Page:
New fitness test for pugs
VDH, GKF and veterinary universities launch study to improve health of flat-faced dogs.
Brachycephalic dog breeds have shorter muzzles and flatter faces than other breeds. Extreme brachycephalic breeds may suffer health problems, the most obvious being shortness of breath and impaired thermal regulation.
The best known and also most widespread representative of this type of dog breed is the pug. Over the last few decades, pugs have been selectively bred and some of their specific physical characteristics did show a tendency to exaggeration. This trend has led to an increase in health problems. As early as ten years ago, VDH’s scientific advisory board began working to develop and establish a fitness test to counter this worrying trend. Since 2009, passing this test is a prerequisite for breeding these dogs under VDH supervision.
In the Netherlands, the legal conditions for breeding brachycephalic dogs have changed. Breeding approval is now determined on the basis of a system that measures the length of a dog’s nose in relation to its skull. In the opinion of VDH’s scientific advisory board, this measurement alone is not a reliable scientific criterion for assessing a dog’s physical health, which should also include a number of other criteria and their interaction.
Given its role in setting strict breed standards, VDH has been working closely with the Federal Veterinary Chamber and the German Veterinary Society over the last two years to introduce measures to improve the health of the breed. As a result of this work, Professor Dr. Ingo Nolte of the University of Veterinary Medicine in Hannover has developed a standardized, treadmill fitness test, which is carried out under strictly controlled environmental conditions. The dog’s heart and respiratory rate are measured at different running speeds and over different periods of time.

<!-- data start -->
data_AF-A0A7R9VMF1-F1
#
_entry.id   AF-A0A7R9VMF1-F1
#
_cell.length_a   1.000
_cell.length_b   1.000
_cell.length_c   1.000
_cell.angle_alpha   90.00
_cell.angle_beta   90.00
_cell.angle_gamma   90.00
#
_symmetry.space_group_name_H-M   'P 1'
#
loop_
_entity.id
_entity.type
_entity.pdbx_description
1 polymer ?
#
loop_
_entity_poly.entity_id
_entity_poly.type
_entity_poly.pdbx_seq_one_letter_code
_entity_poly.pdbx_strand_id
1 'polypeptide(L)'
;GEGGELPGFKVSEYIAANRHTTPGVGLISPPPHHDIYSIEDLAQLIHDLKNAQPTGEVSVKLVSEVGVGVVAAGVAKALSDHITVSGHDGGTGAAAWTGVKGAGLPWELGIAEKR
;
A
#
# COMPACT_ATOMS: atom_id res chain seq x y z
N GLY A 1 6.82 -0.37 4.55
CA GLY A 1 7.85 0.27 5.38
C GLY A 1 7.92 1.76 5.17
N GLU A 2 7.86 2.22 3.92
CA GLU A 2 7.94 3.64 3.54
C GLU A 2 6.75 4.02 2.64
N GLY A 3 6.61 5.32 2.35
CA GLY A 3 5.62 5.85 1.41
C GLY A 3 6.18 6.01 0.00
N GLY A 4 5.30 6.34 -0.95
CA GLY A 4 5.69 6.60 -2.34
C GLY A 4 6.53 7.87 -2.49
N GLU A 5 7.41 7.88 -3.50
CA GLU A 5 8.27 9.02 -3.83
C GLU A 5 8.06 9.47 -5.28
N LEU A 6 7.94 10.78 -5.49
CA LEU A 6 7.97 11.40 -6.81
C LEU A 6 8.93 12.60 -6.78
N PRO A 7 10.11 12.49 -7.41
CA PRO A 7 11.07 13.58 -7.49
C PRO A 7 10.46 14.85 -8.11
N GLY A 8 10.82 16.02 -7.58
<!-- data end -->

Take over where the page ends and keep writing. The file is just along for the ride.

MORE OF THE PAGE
The fitness test can be conducted at the veterinary medicine faculties of the universities in Gießen, Hannover, Leipzig and Munich as from now. It is not only available to dogs bred under VDH supervision, but to every pug. Moreover, thanks to generous funding from the German Society for the Support of Canine Research (GKF), the test is being offered free of charge for the next two years. The aim of the accompanying study is to identify the most resilient dogs among the pug population in order to establish the healthiest possible pool for breeding. VDH firmly believes that this large-scale study is a significant step towards restoring the breed and ensuring a healthy future for sweet, companionable pugs everywhere.
This press release and a selection of images are available for free download at www.vdh.de/presse
VDH Press Officer
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About the VDH (German Kennel Club)
For more than 100 years, the VDH has been representing the interests of dog-owners in Germany. Today, the VDH has more than 650,000 members. Over 250 different breeds of dogs are supervised through the VDH breeding clubs and bred under the strictest of controls.
For more information, please visit: www.vdh.de